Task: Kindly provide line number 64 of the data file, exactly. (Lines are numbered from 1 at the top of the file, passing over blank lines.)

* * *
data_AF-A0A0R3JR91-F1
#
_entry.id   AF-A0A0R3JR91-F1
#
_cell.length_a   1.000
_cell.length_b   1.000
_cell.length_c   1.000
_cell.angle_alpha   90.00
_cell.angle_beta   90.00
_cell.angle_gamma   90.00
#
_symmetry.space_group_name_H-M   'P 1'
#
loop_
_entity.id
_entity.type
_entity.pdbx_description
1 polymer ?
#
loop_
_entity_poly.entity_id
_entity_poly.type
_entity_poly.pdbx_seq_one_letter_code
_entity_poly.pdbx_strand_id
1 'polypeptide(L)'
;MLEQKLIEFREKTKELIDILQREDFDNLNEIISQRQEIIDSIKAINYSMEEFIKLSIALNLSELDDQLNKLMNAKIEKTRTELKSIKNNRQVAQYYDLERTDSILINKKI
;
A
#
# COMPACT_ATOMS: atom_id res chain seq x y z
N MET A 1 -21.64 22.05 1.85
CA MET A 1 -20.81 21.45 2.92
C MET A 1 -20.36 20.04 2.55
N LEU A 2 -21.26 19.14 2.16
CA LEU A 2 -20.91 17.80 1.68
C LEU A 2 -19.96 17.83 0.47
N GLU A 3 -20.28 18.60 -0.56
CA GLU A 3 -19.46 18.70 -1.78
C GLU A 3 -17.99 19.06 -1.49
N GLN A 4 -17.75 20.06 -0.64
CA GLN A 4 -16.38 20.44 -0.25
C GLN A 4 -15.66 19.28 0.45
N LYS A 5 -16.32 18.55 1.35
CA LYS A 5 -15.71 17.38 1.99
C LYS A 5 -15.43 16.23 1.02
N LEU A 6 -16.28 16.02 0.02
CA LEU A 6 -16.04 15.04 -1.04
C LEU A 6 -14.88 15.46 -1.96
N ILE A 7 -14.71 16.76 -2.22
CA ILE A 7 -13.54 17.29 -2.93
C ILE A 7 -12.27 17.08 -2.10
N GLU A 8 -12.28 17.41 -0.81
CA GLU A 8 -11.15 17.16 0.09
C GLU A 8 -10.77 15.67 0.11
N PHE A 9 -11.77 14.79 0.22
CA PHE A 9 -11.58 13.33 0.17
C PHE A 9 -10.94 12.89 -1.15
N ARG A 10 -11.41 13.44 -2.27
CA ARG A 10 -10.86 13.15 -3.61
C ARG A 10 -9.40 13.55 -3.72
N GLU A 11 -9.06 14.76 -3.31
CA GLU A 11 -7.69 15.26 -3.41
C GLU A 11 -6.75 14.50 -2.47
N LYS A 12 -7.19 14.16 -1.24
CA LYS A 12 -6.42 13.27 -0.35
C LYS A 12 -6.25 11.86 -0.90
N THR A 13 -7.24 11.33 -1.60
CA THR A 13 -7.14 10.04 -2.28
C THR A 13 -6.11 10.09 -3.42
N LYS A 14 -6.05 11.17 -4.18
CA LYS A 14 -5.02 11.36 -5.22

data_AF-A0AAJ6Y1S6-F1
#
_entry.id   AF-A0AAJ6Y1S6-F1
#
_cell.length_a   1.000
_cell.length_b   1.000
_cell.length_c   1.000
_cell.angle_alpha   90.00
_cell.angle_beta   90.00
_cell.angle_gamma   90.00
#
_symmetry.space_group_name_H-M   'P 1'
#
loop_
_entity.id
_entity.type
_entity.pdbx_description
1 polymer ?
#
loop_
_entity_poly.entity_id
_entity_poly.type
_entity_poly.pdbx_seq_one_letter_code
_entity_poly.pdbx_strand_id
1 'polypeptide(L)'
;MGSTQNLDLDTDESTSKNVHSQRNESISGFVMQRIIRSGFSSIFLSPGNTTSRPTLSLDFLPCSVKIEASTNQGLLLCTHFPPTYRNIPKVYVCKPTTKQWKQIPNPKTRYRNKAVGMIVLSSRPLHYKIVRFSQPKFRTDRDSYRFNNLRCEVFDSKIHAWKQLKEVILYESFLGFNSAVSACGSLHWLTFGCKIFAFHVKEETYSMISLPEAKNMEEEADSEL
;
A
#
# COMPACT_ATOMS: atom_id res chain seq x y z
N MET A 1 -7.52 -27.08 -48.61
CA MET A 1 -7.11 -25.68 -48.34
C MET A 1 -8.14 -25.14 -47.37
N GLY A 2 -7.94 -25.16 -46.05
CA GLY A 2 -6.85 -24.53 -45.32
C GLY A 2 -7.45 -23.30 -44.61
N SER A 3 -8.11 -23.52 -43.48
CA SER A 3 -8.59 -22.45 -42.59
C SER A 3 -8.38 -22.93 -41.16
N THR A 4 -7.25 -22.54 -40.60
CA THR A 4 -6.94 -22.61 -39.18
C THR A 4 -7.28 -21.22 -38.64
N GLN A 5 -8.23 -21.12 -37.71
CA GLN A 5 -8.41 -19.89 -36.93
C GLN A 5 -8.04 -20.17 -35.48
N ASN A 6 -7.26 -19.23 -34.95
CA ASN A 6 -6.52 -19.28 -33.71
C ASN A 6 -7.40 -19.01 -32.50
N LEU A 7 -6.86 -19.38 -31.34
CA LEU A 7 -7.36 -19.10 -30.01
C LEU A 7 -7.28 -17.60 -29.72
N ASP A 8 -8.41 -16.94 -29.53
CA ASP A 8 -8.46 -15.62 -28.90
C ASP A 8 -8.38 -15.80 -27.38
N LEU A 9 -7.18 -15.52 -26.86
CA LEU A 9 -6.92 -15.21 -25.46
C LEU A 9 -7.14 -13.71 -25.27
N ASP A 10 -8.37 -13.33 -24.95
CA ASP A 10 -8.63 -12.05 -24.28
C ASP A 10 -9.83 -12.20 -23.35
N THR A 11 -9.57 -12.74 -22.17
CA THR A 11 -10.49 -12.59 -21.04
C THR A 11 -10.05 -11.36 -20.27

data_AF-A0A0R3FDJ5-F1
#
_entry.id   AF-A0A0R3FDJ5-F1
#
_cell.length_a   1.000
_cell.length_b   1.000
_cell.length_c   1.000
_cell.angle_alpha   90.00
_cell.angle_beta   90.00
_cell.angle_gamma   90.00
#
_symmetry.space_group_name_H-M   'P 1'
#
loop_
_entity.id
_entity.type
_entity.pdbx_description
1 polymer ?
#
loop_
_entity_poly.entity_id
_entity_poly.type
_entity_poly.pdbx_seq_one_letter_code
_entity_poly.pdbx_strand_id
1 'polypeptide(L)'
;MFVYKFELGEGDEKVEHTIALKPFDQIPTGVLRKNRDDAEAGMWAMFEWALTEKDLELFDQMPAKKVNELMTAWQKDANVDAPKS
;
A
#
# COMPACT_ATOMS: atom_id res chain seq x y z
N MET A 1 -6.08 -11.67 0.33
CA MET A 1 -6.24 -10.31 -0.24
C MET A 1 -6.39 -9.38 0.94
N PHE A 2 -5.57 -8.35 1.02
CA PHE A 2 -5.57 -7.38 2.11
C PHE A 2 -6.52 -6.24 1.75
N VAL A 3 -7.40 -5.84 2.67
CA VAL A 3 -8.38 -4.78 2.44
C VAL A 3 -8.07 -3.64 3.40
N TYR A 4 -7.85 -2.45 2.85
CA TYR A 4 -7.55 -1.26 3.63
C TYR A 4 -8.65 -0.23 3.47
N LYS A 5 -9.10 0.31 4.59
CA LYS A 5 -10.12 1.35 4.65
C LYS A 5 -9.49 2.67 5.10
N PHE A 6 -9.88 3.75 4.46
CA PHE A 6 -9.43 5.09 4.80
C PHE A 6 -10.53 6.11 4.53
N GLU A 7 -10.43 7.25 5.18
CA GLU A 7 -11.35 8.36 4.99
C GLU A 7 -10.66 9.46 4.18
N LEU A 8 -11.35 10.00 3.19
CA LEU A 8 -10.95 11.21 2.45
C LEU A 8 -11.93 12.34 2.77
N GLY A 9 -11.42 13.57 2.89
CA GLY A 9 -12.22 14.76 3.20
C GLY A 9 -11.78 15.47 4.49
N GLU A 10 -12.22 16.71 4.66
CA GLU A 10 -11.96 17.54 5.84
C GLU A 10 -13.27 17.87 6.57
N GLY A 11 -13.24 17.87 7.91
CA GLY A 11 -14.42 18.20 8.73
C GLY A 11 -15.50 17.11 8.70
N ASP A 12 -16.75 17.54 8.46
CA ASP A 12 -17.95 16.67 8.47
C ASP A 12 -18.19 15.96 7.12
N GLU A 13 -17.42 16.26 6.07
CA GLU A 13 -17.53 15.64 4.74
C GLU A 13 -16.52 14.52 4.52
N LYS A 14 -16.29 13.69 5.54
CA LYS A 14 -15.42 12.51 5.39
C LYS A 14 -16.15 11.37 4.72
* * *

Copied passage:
N LYS A 12 -7.19 14.16 -1.24